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Author Brotherston, Gordon.

Title Painted books from Mexico : codices in UK collections and the world they represent / Gordon Brotherston.

Imprint London : Published for the Trustees of the British Museum by British Museum Press, 1995.


Location Call No. OPAC Message Status
 Axe Kansas Collection J Schick  972.01 B795p 1995    ---  Lib Use Only
Description 224 pages : illustrations (some color), maps ; 26 cm
text txt rdacontent
unmediated n rdamedia
volume nc rdacarrier
Bibliography Includes bibliographical references (pages 213-219) and index.
Contents Ch. 1. The Books of Mesoamerica -- Ch. 2. Responses to Invasion -- Ch. 3. The Island Aztlan -- Ch. 4. Seven Caves and the Chichimec -- Ch. 5. The Mixtec Lineage Tree -- Ch. 6. Quetzalcoatl's Tula -- Ch. 7. Ritual Synthesis -- Ch. 8. Stating the Case.
Summary The painted books of ancient Mexico constitute a particularly important chapter of world literature. The work of the tlacuilo, or scribes, goes back thousands of years before the Spanish Conquest; their exquisite manuscripts were written and drawn on native paper or skin and, later, on European paper. The vast majority of these codices were destroyed during the invasion; a precious few have survived. About twenty of the finest of these are in British collections and Professor Brotherston has undertaken a close study of them, comparing them with Mexican books in America and elsewhere. Besides being beautiful works of art in their own right, the codices offer invaluable insights into the history, religion and legends of the ancient civilisations of Mesoamerica: the Olmec, Maya, Chichimec and Mexica (Aztec). The books meticulously record wars, conquests, dynastic disputes and the biographies of great rulers like the Mixtec king Eight Deer. Complex ritual calendars give a framework for the religious observances of these peoples and offer testimony to their obsession with dates and record-keeping; maps record the spread of the Mexica, Chichimec and Mixtec across Mesoamerica. After the Conquest most of the 'pagan' books were burned, but the book-making tradition continued and retained many of the old forms and conventions. Post-Conquest legal documents, for example, give stark evidence of the rapacity and brutality of the invaders.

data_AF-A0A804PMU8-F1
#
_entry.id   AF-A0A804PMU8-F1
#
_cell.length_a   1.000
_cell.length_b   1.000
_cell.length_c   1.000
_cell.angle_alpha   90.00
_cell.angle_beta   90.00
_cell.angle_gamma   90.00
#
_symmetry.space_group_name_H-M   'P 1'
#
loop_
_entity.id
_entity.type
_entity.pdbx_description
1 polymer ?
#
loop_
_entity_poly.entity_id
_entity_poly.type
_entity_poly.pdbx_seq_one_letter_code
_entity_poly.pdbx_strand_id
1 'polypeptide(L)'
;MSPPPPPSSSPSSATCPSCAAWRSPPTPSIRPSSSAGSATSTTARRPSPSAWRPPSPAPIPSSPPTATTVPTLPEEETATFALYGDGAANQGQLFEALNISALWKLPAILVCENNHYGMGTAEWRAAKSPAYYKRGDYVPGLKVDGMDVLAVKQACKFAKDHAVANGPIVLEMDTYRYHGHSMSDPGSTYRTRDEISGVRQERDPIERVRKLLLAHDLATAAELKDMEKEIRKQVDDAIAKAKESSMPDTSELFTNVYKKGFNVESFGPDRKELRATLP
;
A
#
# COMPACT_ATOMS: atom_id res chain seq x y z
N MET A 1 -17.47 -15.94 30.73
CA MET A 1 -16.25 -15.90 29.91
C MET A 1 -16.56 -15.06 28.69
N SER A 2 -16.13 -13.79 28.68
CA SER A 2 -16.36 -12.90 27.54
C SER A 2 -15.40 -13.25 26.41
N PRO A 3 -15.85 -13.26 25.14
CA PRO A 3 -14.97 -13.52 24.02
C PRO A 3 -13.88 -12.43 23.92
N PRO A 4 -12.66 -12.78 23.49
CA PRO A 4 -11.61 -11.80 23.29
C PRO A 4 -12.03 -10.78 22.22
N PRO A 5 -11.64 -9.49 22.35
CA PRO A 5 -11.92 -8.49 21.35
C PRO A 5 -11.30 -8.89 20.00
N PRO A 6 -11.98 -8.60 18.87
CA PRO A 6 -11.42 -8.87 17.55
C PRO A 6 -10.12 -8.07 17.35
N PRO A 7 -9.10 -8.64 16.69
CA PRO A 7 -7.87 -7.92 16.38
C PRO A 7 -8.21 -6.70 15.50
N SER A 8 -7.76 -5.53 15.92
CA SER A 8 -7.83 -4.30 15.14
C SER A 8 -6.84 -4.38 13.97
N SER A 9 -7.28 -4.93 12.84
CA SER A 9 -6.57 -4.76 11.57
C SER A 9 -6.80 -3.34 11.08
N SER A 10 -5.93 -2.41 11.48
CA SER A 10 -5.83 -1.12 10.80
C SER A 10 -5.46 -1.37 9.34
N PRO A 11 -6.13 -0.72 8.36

Subject Manuscripts, Mexican (Pre-Columbian)
Manuscripts, Mexican -- Great Britain.
Indians of Mexico -- Languages -- Writing.
Indian art -- Mexico -- Themes, motives.
Indians of Mexico -- History.
Indian art -- Themes, motives. (OCoLC)fst00969040
Indians of Mexico. (OCoLC)fst00969510
Indians of Mexico -- Languages -- Writing. (OCoLC)fst00969582
Manuscripts, Mexican. (OCoLC)fst01008433
Manuscripts, Mexican (Pre-Columbian) (OCoLC)fst01008435
Great Britain. (OCoLC)fst01204623
Mexico. (OCoLC)fst01211700
Genre/Form History. (OCoLC)fst01411628
ISBN 0714125199

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